According to a source, once out of prison Krejcir planned to cross the border to Swaziland. He would then cross into Mozambique, from where he would have been whisked away in a chartered plane to Argentina.
According to a source, once out of prison Krejcir planned to cross the border to Swaziland. He would then cross into Mozambique, from where he would have been whisked away in a chartered plane to Argentina.

Krejcir’s escape plan revealed

By SOLLY MAPHUMULO Time of article published Oct 6, 2015

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Johannesburg - The alleged plot to help Czech fugitive Radovan Krejcir escape from Zonderwater prison was apparently hatched by two women who were part of a group that included prison officials and inmates.

A highly placed source, who said he has seen Krejcir’s notes containing his escape plan, said: “Krejcir wanted to be escorted by a certain female officer to see a doctor on Saturday.”

He would “then overpower the lady and escape” and, once he had made his daring move, he would be transported in a Mercedes-Benz and cross the border to Swaziland.

The vehicle would be driven by one of the women who were part of the escape plot.

The identities of the two women are known to The Star but are being withheld because revealing them could jeopardise police investigations.

The source said Krejcir had drafted a letter giving “the lady” permission to drive the car across the border.

Once in Swaziland, Krejcir would stay at the Royal Swazi Sun in Ezulwini. It was unclear how long he planned to remain there.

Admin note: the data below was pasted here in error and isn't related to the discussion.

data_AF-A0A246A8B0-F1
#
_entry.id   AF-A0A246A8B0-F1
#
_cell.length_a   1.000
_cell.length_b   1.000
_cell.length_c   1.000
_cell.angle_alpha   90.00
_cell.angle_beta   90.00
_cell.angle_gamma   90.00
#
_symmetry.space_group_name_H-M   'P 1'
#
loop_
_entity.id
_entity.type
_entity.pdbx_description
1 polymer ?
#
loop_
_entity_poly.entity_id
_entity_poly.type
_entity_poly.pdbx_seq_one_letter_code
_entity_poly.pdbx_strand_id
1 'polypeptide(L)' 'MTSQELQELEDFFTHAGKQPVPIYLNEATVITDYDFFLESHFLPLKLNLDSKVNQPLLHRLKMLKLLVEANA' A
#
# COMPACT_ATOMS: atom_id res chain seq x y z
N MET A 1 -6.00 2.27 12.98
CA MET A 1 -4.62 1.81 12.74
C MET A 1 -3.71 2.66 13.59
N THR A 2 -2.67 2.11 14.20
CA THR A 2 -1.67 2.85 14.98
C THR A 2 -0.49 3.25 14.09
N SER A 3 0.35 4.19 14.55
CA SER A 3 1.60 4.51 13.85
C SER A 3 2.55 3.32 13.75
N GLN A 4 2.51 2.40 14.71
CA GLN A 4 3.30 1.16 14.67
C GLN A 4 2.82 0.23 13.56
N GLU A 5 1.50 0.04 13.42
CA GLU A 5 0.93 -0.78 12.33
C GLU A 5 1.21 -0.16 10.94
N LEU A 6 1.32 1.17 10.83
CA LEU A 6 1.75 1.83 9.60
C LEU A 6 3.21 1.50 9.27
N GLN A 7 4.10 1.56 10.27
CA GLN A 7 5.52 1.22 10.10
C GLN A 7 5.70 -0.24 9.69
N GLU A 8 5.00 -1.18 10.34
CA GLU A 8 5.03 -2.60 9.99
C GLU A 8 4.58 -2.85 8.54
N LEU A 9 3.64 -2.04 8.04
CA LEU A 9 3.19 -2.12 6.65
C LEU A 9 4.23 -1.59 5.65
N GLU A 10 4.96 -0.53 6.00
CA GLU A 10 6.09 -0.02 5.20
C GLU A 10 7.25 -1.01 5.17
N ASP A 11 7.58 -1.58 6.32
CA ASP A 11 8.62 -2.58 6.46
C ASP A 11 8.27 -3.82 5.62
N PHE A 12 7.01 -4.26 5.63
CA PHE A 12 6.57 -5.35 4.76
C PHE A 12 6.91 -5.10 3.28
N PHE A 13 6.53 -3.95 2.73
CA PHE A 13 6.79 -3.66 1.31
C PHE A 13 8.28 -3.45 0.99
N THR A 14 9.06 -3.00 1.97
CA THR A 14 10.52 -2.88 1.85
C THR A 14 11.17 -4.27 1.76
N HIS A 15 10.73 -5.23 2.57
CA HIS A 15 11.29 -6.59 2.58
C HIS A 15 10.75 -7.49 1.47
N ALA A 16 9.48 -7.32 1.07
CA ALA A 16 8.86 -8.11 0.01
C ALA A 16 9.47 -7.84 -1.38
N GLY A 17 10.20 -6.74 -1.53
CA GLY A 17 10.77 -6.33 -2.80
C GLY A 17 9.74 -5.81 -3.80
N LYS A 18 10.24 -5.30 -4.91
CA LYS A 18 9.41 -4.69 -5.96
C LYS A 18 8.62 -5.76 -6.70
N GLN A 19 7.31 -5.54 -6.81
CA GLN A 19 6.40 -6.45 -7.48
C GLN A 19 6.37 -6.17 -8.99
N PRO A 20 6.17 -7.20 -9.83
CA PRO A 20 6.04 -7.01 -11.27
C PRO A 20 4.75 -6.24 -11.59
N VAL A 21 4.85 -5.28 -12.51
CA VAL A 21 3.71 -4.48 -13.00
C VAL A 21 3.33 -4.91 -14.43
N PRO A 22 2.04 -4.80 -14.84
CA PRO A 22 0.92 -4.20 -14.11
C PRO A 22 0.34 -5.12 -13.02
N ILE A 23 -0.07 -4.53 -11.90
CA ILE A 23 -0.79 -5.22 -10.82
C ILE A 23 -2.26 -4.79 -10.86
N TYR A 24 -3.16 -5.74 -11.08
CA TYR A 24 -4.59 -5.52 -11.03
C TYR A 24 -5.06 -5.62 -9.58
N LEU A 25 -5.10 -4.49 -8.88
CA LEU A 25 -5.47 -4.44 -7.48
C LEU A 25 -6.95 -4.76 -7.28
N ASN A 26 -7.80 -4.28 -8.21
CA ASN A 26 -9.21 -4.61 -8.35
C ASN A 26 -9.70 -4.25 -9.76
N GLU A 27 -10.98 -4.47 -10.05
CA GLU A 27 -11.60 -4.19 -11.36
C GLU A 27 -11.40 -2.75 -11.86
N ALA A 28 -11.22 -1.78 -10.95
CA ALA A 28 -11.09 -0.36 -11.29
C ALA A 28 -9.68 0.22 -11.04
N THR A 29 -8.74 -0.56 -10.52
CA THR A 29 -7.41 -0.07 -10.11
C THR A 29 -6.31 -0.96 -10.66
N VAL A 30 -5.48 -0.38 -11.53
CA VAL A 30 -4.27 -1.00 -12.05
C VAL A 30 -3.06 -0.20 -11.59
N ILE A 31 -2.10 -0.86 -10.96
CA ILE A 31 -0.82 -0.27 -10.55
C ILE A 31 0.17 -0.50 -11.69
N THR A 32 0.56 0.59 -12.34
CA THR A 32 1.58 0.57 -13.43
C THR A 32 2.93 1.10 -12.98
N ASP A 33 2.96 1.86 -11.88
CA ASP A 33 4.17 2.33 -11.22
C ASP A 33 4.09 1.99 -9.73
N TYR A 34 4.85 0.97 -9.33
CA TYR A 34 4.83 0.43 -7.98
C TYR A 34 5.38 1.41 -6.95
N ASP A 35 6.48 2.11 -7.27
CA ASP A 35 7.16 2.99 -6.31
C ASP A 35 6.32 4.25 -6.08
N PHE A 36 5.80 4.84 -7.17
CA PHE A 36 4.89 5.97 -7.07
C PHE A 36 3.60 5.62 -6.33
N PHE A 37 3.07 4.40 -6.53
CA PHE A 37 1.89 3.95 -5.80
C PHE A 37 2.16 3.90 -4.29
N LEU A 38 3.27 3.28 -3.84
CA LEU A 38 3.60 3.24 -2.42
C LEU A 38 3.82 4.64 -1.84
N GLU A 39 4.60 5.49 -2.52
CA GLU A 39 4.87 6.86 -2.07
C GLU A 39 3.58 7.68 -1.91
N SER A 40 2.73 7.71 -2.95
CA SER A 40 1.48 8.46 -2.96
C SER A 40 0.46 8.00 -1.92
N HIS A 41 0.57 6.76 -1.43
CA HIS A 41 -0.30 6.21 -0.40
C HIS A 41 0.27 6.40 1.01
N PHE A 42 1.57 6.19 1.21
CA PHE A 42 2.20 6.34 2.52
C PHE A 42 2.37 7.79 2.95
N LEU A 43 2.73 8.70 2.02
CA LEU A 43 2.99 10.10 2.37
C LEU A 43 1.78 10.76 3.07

He would then cross into Mozambique, from where he would have been whisked away in a chartered plane to Argentina.

“Once he’s in Argentina, he’s a free man,” the source said.

It is understood that the second woman involved frequently visited Krejcir in prison and smuggled in several cellphones, SIM cards as well as USB cables containing information to help him plan his escape.

Airtime voucher numbers that were used to make phone calls while he was planning his escape were found in his notes. The notes also contained a sketch of the prison building, including the wings where his cell was situated.

The Star understands that the officials have started investigating the cellphone numbers used to load the airtime.

A certain person was instructed to withdraw cash for Krejcir.

According to the notes, said the source, the instruction was to “withdraw cash to the limit”.

“They didn’t want to use credit cards because it would make it easy to track him down,” the source added.

Last Saturday, Correctional Services said it had foiled Krejcir’s plot to escape from prison.

A firearm and several rounds of ammunition were among the items that were confiscated from his cell during a raid.

Also found in the cell were a stun gun, a pepper-spray gun, a screwdriver, a knife, 10 cellphones, SIM cards and memory sticks.

Krejcir was recently found guilty of kidnapping, drug dealing and attempted murder.